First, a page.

/+ - ∞
/Esprit de corps
/Living Rooms
/a fleeting peripheral phenomenon
/Places of Sacrifice

/Maria Szymańska-Korejwo, Ciało doskonale czarne.
/Aurelia Nowak, Sanatorium.
/Laundry Lung interview by Joanne Ambia.

/Agata Dąbrowska, Ciało - obiekt - relikwia.
/Aleksandra Gieczys-Jurszo, W pułapce subiektywizmu.
/Joanna Tokarczyk, Artysta jako genius loci.



Maria Szymańska-Korejwo, Blackbody

            The exhibition Natalia Szostak. Blackbody displays the artist’s latest work. In order to achieve the greatest possible authenticity of visual expression, Natalia Szostak uses a broad array of devices via such genres as painting, drawing, graphic art, video, object and mixed techniques.

The painting Forest Scene I, part of a painting triptych that shows three different situations against a forest backdrop, was an important factor for the project’s origin. These are threads taken from the artist’s personal biography, but their role is not just simply narrative, rather it is an attempt to illustrate ideas that transcend the categories of one’s own biography, that exist, as it were, beyond a certain place and time. The first painting in the series shows a forest landscape, above which we can see a black square–another important exhibition motif. A black square, a circle and a cross appear in a number of works here, surrounded by gently outlined depictions of nature: forest plants and animals, a smouldering bonfire. These are symbols of borrowed from Kazimir Malevich’s “feelings of the world as non-objectivity,” which take on a multidimensional, transcendental and elusive dimension in their new context.

Threads blend and intertwine: the artist’s actual medical experiences pertaining to her own body that make her art distinctively personal; the issue of corporeality as an inseparable part of the organic, which is subject to its laws and limitations, but still full of barely felt existential mysteries; an attempt to make out the essence of experiences on the borderline between material reality and the metaphysical world and to express it with visual means. Biographical motifs come up in many of the compositions, which often combine abstract and representational elements, often their form alludes to a religious subtext that accompanies the secular subject matter of the evoked situations, places and events. At the semantic level we can be intrigued by the recurring attributes of nature, especially the motif of the forest: a holy, mysterious and timeless place in the “borderland between worlds,” a symbol of the soul, of Mother Earth that provides shelter and safety, complemented by the soothing properties of its “fruit”: medicinal herbs. On the other hand the forest, as a kingdom of wild animals that is not subject to human control and as the “domain of supernatural beings,” reveals the tempting threat of communing with the sphere of the irrational that leads to anxiety or fear of going astray or getting lost in the unknown. We also experience this semantic dualism when we look at another motif that is important in Natalia Szostak’s art: the motif of light, the source of all visibility, the symbol of God, life and happiness, which can also be a flame that brings destruction or infernal suffering.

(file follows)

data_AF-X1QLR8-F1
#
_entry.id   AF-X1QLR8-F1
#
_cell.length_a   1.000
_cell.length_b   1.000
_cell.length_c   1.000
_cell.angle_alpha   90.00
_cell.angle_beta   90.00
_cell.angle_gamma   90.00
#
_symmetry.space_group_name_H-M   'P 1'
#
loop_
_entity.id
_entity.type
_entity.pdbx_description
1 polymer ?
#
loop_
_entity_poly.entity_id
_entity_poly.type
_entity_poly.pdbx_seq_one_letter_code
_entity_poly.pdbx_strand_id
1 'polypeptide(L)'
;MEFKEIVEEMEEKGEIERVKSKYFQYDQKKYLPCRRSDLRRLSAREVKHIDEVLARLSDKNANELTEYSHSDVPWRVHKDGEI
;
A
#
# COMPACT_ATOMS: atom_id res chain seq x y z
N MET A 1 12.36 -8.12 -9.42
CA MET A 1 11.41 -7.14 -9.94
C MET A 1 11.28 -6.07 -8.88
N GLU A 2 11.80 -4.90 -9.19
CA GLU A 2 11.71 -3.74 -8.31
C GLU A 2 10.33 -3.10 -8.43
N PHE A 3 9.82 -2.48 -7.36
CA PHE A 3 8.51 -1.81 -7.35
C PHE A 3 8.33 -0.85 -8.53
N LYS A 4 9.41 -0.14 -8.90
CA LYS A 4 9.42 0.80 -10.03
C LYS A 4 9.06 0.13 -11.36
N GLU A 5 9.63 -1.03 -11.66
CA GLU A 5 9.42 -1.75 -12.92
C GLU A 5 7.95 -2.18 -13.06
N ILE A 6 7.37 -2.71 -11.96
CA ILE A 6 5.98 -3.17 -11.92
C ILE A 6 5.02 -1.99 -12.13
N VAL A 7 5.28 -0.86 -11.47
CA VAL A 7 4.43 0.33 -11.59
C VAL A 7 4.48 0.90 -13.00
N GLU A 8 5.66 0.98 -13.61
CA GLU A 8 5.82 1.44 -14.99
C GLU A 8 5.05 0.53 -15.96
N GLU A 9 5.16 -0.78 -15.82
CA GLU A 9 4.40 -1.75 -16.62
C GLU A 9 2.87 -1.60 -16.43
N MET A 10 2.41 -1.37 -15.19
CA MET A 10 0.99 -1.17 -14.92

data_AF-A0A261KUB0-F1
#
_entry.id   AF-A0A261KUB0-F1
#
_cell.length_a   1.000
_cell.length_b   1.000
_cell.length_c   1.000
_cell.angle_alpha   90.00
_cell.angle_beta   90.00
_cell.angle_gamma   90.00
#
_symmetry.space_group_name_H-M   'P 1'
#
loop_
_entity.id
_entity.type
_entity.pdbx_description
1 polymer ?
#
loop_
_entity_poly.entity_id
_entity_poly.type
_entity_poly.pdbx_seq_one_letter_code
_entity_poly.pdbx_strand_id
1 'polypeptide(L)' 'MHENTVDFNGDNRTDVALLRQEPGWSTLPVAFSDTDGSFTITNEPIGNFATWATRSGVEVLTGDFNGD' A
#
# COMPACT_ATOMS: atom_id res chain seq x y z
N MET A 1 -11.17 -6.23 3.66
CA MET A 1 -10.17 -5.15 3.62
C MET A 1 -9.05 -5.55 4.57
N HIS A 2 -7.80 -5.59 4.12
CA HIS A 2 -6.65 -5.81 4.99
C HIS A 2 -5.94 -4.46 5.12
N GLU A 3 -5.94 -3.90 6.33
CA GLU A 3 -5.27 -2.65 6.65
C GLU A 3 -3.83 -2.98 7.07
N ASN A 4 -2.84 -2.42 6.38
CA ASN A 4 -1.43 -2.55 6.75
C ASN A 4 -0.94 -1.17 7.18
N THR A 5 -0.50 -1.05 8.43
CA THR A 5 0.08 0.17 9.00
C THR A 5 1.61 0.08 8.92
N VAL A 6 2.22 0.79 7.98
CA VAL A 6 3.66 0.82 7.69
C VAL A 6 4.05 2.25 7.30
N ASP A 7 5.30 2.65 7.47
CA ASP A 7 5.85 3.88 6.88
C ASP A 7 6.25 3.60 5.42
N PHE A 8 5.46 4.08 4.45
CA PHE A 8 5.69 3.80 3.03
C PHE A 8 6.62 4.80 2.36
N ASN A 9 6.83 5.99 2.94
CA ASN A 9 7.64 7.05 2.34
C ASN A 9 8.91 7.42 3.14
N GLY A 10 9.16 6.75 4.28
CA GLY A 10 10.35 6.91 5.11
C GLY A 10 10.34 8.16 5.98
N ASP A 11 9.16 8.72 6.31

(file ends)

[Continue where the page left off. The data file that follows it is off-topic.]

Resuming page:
Natalia Szostak’s self-reflective art, full of solemnity, serenity and intimacy is an individual projection of psychological states onto practically every medium available today. Her art triggers a kind of emotional tension, a certain nostalgic musing about the complexity and ephemerality of the human condition and the inevitability of passing.

The title Blackbody is a term borrowed from quantum physics that denotes an idealised body that absorbs all incident electromagnetic radiation; such a body does not exist in reality. Therefore, it serves the descriptive role of a phenomenon known only as a hypothesis and is a counterpoise to everything that is material, visual and terrestrial.



Natalia Szostak. Blackbody

curator: Maria Szymańska-Korejwo
National Museum in Gdansk / Gdańska Galeria Fotografii